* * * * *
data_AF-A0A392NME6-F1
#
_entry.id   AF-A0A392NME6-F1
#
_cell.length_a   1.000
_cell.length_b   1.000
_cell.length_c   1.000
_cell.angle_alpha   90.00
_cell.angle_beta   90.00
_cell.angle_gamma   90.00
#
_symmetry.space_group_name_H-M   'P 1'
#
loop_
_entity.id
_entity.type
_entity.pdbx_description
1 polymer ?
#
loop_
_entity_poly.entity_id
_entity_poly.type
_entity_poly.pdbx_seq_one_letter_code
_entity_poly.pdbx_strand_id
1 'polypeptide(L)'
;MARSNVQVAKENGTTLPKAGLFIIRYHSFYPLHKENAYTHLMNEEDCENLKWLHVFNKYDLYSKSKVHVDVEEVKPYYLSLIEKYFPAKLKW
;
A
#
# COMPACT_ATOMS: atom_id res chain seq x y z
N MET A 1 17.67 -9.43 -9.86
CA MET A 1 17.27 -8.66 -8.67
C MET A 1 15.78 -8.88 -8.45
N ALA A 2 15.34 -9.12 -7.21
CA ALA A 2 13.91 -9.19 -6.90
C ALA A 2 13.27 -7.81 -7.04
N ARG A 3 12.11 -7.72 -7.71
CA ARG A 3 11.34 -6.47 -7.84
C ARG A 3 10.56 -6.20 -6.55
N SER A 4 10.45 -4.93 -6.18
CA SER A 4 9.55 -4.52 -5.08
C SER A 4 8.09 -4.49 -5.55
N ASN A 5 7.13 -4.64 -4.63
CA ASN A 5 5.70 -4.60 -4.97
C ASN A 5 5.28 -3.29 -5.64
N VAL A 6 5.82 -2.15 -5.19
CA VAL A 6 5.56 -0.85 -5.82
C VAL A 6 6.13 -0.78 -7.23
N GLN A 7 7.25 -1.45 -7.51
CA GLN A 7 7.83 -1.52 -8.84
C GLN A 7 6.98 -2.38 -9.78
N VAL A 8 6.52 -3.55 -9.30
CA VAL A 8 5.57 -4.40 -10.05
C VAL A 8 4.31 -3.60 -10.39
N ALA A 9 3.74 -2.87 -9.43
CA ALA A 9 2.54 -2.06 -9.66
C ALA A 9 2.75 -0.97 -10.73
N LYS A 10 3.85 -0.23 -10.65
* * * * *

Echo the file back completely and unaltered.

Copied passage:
data_AF-A0A392NME6-F1
#
_entry.id   AF-A0A392NME6-F1
#
_cell.length_a   1.000
_cell.length_b   1.000
_cell.length_c   1.000
_cell.angle_alpha   90.00
_cell.angle_beta   90.00
_cell.angle_gamma   90.00
#
_symmetry.space_group_name_H-M   'P 1'
#
loop_
_entity.id
_entity.type
_entity.pdbx_description
1 polymer ?
#
loop_
_entity_poly.entity_id
_entity_poly.type
_entity_poly.pdbx_seq_one_letter_code
_entity_poly.pdbx_strand_id
1 'polypeptide(L)'
;MARSNVQVAKENGTTLPKAGLFIIRYHSFYPLHKENAYTHLMNEEDCENLKWLHVFNKYDLYSKSKVHVDVEEVKPYYLSLIEKYFPAKLKW
;
A
#
# COMPACT_ATOMS: atom_id res chain seq x y z
N MET A 1 17.67 -9.43 -9.86
CA MET A 1 17.27 -8.66 -8.67
C MET A 1 15.78 -8.88 -8.45
N ALA A 2 15.34 -9.12 -7.21
CA ALA A 2 13.91 -9.19 -6.90
C ALA A 2 13.27 -7.81 -7.04
N ARG A 3 12.11 -7.72 -7.71
CA ARG A 3 11.34 -6.47 -7.84
C ARG A 3 10.56 -6.20 -6.55
N SER A 4 10.45 -4.93 -6.18
CA SER A 4 9.55 -4.52 -5.08
C SER A 4 8.09 -4.49 -5.55
N ASN A 5 7.13 -4.64 -4.63
CA ASN A 5 5.70 -4.60 -4.97
C ASN A 5 5.28 -3.29 -5.64
N VAL A 6 5.82 -2.15 -5.19
CA VAL A 6 5.56 -0.85 -5.82
C VAL A 6 6.13 -0.78 -7.23
N GLN A 7 7.25 -1.45 -7.51
CA GLN A 7 7.83 -1.52 -8.84
C GLN A 7 6.98 -2.38 -9.78
N VAL A 8 6.52 -3.55 -9.30
CA VAL A 8 5.57 -4.40 -10.05
C VAL A 8 4.31 -3.60 -10.39
N ALA A 9 3.74 -2.87 -9.43
CA ALA A 9 2.54 -2.06 -9.66
C ALA A 9 2.75 -0.97 -10.73
N LYS A 10 3.85 -0.23 -10.65